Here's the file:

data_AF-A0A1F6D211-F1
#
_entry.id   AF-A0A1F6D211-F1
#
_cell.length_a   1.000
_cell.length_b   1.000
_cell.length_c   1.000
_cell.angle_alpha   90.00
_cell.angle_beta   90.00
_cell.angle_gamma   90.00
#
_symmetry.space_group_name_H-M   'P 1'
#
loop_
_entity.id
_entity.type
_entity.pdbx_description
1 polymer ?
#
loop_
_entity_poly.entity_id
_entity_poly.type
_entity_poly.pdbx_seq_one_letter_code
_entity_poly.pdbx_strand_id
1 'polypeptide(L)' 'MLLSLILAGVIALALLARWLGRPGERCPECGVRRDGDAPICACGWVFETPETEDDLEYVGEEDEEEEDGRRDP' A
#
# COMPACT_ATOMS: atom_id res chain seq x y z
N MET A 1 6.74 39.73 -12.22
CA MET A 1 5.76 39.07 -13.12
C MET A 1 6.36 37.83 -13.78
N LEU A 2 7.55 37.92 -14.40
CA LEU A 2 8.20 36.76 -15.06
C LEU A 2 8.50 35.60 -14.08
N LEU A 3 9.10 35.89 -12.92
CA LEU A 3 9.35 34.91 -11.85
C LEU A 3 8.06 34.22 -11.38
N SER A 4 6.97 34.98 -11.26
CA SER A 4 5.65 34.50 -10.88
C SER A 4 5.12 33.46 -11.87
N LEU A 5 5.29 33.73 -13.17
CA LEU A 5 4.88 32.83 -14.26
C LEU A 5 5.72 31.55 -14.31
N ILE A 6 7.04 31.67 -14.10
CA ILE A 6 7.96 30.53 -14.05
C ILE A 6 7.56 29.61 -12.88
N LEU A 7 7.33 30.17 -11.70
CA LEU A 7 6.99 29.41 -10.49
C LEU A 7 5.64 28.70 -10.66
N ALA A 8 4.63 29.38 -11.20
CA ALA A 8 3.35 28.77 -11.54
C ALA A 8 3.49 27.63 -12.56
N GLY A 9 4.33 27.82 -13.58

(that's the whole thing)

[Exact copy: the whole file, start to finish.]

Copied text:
data_AF-A0A1F6D211-F1
#
_entry.id   AF-A0A1F6D211-F1
#
_cell.length_a   1.000
_cell.length_b   1.000
_cell.length_c   1.000
_cell.angle_alpha   90.00
_cell.angle_beta   90.00
_cell.angle_gamma   90.00
#
_symmetry.space_group_name_H-M   'P 1'
#
loop_
_entity.id
_entity.type
_entity.pdbx_description
1 polymer ?
#
loop_
_entity_poly.entity_id
_entity_poly.type
_entity_poly.pdbx_seq_one_letter_code
_entity_poly.pdbx_strand_id
1 'polypeptide(L)' 'MLLSLILAGVIALALLARWLGRPGERCPECGVRRDGDAPICACGWVFETPETEDDLEYVGEEDEEEEDGRRDP' A
#
# COMPACT_ATOMS: atom_id res chain seq x y z
N MET A 1 6.74 39.73 -12.22
CA MET A 1 5.76 39.07 -13.12
C MET A 1 6.36 37.83 -13.78
N LEU A 2 7.55 37.92 -14.40
CA LEU A 2 8.20 36.76 -15.06
C LEU A 2 8.50 35.60 -14.08
N LEU A 3 9.10 35.89 -12.92
CA LEU A 3 9.35 34.91 -11.85
C LEU A 3 8.06 34.22 -11.38
N SER A 4 6.97 34.98 -11.26
CA SER A 4 5.65 34.50 -10.88
C SER A 4 5.12 33.46 -11.87
N LEU A 5 5.29 33.73 -13.17
CA LEU A 5 4.88 32.83 -14.26
C LEU A 5 5.72 31.55 -14.31
N ILE A 6 7.04 31.67 -14.10
CA ILE A 6 7.96 30.53 -14.05
C ILE A 6 7.56 29.61 -12.88
N LEU A 7 7.33 30.17 -11.70
CA LEU A 7 6.99 29.41 -10.49
C LEU A 7 5.64 28.70 -10.66
N ALA A 8 4.63 29.38 -11.20
CA ALA A 8 3.35 28.77 -11.54
C ALA A 8 3.49 27.63 -12.56
N GLY A 9 4.33 27.82 -13.58